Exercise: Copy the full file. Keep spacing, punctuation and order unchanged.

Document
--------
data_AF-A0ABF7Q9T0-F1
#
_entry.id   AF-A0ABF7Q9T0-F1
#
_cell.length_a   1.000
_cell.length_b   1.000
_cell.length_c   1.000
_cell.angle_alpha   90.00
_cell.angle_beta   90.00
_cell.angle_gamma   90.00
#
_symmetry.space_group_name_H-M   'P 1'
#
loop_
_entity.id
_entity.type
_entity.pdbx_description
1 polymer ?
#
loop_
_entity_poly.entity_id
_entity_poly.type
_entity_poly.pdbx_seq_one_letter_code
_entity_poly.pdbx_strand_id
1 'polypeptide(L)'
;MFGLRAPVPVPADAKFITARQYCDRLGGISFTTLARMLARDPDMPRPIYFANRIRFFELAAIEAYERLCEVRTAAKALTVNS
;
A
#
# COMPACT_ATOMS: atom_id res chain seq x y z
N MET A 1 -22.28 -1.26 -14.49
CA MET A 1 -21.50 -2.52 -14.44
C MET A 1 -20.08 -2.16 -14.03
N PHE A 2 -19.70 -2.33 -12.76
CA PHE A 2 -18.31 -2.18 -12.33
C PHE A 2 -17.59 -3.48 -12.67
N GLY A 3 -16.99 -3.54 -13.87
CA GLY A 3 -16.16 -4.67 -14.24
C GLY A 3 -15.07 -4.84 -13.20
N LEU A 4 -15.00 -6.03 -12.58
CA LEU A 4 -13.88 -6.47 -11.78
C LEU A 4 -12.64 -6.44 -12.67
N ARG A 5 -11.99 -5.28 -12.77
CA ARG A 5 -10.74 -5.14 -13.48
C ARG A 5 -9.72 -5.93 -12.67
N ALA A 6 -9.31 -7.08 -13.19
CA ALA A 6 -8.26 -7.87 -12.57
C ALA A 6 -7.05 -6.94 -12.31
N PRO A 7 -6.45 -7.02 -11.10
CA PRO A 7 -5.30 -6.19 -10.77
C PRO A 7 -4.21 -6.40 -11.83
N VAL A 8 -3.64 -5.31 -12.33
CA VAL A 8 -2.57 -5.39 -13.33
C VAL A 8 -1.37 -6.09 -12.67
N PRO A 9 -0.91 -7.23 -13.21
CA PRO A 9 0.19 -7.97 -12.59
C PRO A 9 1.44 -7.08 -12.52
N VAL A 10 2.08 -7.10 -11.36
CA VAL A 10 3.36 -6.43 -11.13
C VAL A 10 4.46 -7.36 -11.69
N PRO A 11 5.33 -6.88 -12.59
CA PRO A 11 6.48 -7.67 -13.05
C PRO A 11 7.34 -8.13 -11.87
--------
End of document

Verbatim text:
data_AF-A0ABF7Q9T0-F1
#
_entry.id   AF-A0ABF7Q9T0-F1
#
_cell.length_a   1.000
_cell.length_b   1.000
_cell.length_c   1.000
_cell.angle_alpha   90.00
_cell.angle_beta   90.00
_cell.angle_gamma   90.00
#
_symmetry.space_group_name_H-M   'P 1'
#
loop_
_entity.id
_entity.type
_entity.pdbx_description
1 polymer ?
#
loop_
_entity_poly.entity_id
_entity_poly.type
_entity_poly.pdbx_seq_one_letter_code
_entity_poly.pdbx_strand_id
1 'polypeptide(L)'
;MFGLRAPVPVPADAKFITARQYCDRLGGISFTTLARMLARDPDMPRPIYFANRIRFFELAAIEAYERLCEVRTAAKALTVNS
;
A
#
# COMPACT_ATOMS: atom_id res chain seq x y z
N MET A 1 -22.28 -1.26 -14.49
CA MET A 1 -21.50 -2.52 -14.44
C MET A 1 -20.08 -2.16 -14.03
N PHE A 2 -19.70 -2.33 -12.76
CA PHE A 2 -18.31 -2.18 -12.33
C PHE A 2 -17.59 -3.48 -12.67
N GLY A 3 -16.99 -3.54 -13.87
CA GLY A 3 -16.16 -4.67 -14.24
C GLY A 3 -15.07 -4.84 -13.20
N LEU A 4 -15.00 -6.03 -12.58
CA LEU A 4 -13.88 -6.47 -11.78
C LEU A 4 -12.64 -6.44 -12.67
N ARG A 5 -11.99 -5.28 -12.77
CA ARG A 5 -10.74 -5.14 -13.48
C ARG A 5 -9.72 -5.93 -12.67
N ALA A 6 -9.31 -7.08 -13.19
CA ALA A 6 -8.26 -7.87 -12.57
C ALA A 6 -7.05 -6.94 -12.31
N PRO A 7 -6.45 -7.02 -11.10
CA PRO A 7 -5.30 -6.19 -10.77
C PRO A 7 -4.21 -6.40 -11.83
N VAL A 8 -3.64 -5.31 -12.33
CA VAL A 8 -2.57 -5.39 -13.33
C VAL A 8 -1.37 -6.09 -12.67
N PRO A 9 -0.91 -7.23 -13.21
CA PRO A 9 0.19 -7.97 -12.59
C PRO A 9 1.44 -7.08 -12.52
N VAL A 10 2.08 -7.10 -11.36
CA VAL A 10 3.36 -6.43 -11.13
C VAL A 10 4.46 -7.36 -11.69
N PRO A 11 5.33 -6.88 -12.59
CA PRO A 11 6.48 -7.67 -13.05
C PRO A 11 7.34 -8.13 -11.87